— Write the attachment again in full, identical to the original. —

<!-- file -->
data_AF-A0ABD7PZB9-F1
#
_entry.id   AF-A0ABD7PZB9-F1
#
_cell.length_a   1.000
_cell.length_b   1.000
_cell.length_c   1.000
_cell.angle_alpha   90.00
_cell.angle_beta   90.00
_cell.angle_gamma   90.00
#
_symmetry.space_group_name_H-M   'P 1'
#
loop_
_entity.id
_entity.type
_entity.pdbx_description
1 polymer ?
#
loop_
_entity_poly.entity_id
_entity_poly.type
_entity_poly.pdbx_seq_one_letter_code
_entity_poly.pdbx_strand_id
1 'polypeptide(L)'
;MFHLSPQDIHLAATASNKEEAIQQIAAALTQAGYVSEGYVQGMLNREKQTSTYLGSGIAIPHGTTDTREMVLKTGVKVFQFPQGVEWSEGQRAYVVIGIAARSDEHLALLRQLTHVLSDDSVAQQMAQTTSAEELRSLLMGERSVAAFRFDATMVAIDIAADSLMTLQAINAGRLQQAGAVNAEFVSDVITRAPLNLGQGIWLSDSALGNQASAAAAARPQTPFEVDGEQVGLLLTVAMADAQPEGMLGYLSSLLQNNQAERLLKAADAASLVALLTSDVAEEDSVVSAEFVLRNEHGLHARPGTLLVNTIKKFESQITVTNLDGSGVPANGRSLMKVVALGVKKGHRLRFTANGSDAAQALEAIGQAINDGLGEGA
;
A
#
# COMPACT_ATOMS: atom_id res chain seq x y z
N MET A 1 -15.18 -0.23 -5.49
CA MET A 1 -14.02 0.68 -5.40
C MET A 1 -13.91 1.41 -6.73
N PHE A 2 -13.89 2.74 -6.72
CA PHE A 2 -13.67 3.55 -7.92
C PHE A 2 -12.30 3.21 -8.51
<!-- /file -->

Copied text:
data_AF-A0ABD7PZB9-F1
#
_entry.id   AF-A0ABD7PZB9-F1
#
_cell.length_a   1.000
_cell.length_b   1.000
_cell.length_c   1.000
_cell.angle_alpha   90.00
_cell.angle_beta   90.00
_cell.angle_gamma   90.00
#
_symmetry.space_group_name_H-M   'P 1'
#
loop_
_entity.id
_entity.type
_entity.pdbx_description
1 polymer ?
#
loop_
_entity_poly.entity_id
_entity_poly.type
_entity_poly.pdbx_seq_one_letter_code
_entity_poly.pdbx_strand_id
1 'polypeptide(L)'
;MFHLSPQDIHLAATASNKEEAIQQIAAALTQAGYVSEGYVQGMLNREKQTSTYLGSGIAIPHGTTDTREMVLKTGVKVFQFPQGVEWSEGQRAYVVIGIAARSDEHLALLRQLTHVLSDDSVAQQMAQTTSAEELRSLLMGERSVAAFRFDATMVAIDIAADSLMTLQAINAGRLQQAGAVNAEFVSDVITRAPLNLGQGIWLSDSALGNQASAAAAARPQTPFEVDGEQVGLLLTVAMADAQPEGMLGYLSSLLQNNQAERLLKAADAASLVALLTSDVAEEDSVVSAEFVLRNEHGLHARPGTLLVNTIKKFESQITVTNLDGSGVPANGRSLMKVVALGVKKGHRLRFTANGSDAAQALEAIGQAINDGLGEGA
;
A
#
# COMPACT_ATOMS: atom_id res chain seq x y z
N MET A 1 -15.18 -0.23 -5.49
CA MET A 1 -14.02 0.68 -5.40
C MET A 1 -13.91 1.41 -6.73
N PHE A 2 -13.89 2.74 -6.72
CA PHE A 2 -13.67 3.55 -7.92
C PHE A 2 -12.30 3.21 -8.51